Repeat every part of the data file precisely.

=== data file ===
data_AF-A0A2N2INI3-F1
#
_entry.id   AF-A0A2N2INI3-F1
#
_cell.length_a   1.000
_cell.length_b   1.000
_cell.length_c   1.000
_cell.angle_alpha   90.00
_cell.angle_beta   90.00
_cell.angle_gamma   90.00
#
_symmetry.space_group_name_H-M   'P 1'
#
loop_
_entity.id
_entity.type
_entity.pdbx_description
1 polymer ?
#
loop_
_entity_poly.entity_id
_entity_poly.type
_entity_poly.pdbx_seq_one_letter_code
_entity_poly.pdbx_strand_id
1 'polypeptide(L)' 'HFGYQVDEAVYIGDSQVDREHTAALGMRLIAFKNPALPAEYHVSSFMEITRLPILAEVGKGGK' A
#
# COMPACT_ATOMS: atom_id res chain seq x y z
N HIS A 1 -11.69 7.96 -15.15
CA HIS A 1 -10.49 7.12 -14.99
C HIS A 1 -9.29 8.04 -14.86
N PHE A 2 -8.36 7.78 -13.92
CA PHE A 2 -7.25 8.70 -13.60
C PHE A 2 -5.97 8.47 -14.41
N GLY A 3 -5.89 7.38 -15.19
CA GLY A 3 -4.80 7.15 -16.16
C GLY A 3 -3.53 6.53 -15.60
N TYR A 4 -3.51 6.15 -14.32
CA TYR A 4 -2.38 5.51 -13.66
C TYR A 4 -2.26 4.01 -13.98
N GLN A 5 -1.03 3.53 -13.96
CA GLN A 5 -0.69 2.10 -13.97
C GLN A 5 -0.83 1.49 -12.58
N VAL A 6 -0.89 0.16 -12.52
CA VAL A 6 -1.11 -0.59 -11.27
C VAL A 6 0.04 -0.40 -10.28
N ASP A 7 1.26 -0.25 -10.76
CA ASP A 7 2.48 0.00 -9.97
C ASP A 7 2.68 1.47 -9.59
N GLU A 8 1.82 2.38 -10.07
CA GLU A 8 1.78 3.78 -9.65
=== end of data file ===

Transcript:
data_AF-A0A2N2INI3-F1
#
_entry.id   AF-A0A2N2INI3-F1
#
_cell.length_a   1.000
_cell.length_b   1.000
_cell.length_c   1.000
_cell.angle_alpha   90.00
_cell.angle_beta   90.00
_cell.angle_gamma   90.00
#
_symmetry.space_group_name_H-M   'P 1'
#
loop_
_entity.id
_entity.type
_entity.pdbx_description
1 polymer ?
#
loop_
_entity_poly.entity_id
_entity_poly.type
_entity_poly.pdbx_seq_one_letter_code
_entity_poly.pdbx_strand_id
1 'polypeptide(L)' 'HFGYQVDEAVYIGDSQVDREHTAALGMRLIAFKNPALPAEYHVSSFMEITRLPILAEVGKGGK' A
#
# COMPACT_ATOMS: atom_id res chain seq x y z
N HIS A 1 -11.69 7.96 -15.15
CA HIS A 1 -10.49 7.12 -14.99
C HIS A 1 -9.29 8.04 -14.86
N PHE A 2 -8.36 7.78 -13.92
CA PHE A 2 -7.25 8.70 -13.60
C PHE A 2 -5.97 8.47 -14.41
N GLY A 3 -5.89 7.38 -15.19
CA GLY A 3 -4.80 7.15 -16.16
C GLY A 3 -3.53 6.53 -15.60
N TYR A 4 -3.51 6.15 -14.32
CA TYR A 4 -2.38 5.51 -13.66
C TYR A 4 -2.26 4.01 -13.98
N GLN A 5 -1.03 3.53 -13.96
CA GLN A 5 -0.69 2.10 -13.97
C GLN A 5 -0.83 1.49 -12.58
N VAL A 6 -0.89 0.16 -12.52
CA VAL A 6 -1.11 -0.59 -11.27
C VAL A 6 0.04 -0.40 -10.28
N ASP A 7 1.26 -0.25 -10.76
CA ASP A 7 2.48 0.00 -9.97
C ASP A 7 2.68 1.47 -9.59
N GLU A 8 1.82 2.38 -10.07
CA GLU A 8 1.78 3.78 -9.65